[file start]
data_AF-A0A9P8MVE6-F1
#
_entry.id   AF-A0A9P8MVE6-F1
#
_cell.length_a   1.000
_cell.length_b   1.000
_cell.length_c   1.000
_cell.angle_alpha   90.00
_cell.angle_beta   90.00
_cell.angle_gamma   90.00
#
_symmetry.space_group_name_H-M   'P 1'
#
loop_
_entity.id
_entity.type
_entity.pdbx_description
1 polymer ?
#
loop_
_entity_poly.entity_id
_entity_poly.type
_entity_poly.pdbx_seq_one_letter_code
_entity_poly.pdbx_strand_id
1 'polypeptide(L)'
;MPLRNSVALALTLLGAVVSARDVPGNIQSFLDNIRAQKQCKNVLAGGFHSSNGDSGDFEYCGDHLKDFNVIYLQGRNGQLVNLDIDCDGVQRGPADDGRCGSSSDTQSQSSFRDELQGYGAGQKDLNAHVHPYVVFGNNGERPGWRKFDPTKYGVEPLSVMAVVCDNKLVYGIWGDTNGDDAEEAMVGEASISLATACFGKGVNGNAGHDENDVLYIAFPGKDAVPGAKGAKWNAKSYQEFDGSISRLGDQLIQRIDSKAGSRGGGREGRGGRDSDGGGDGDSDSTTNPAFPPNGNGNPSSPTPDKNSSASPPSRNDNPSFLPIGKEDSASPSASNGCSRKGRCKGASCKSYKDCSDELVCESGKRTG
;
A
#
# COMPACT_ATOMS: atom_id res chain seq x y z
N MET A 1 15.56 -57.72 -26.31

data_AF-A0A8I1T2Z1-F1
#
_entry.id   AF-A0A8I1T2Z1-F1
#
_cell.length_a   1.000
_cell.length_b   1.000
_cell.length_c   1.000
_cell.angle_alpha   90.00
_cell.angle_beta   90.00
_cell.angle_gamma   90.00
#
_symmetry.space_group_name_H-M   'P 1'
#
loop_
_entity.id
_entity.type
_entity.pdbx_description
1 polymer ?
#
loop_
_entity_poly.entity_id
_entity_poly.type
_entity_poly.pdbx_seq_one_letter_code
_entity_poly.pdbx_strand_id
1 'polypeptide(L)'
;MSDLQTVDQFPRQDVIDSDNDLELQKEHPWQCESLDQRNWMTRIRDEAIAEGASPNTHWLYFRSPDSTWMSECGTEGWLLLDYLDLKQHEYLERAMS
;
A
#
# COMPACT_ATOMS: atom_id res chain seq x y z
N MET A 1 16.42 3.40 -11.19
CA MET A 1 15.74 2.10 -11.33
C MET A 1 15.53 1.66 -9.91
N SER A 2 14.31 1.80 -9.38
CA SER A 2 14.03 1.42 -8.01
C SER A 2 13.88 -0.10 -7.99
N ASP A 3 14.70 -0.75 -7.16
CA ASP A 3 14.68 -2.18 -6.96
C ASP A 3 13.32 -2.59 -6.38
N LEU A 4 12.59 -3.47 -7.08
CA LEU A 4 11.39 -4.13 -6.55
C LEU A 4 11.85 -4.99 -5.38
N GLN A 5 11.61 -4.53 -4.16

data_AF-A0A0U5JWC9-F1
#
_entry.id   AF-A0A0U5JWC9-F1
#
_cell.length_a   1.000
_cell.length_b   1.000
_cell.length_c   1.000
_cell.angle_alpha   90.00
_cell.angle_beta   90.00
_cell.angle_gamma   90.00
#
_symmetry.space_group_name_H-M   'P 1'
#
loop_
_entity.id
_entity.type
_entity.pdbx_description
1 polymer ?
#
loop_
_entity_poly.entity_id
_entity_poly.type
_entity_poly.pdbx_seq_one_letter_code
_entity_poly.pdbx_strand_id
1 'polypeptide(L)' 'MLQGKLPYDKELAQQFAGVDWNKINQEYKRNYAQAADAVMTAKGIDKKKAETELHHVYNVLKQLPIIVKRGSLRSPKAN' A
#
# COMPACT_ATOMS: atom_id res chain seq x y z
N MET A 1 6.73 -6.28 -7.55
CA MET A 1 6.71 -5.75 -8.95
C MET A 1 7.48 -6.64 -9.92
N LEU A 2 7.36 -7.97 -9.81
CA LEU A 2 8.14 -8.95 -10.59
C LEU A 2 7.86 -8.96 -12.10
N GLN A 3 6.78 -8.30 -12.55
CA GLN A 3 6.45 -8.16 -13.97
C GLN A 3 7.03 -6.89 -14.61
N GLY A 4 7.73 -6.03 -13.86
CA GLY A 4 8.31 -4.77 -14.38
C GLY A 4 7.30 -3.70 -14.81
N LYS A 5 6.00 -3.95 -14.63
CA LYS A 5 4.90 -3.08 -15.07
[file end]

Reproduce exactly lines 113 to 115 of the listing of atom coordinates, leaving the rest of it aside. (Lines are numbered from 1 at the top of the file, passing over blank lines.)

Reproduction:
C GLY A 4 7.30 -3.70 -14.81
N LYS A 5 6.00 -3.95 -14.63
CA LYS A 5 4.90 -3.08 -15.07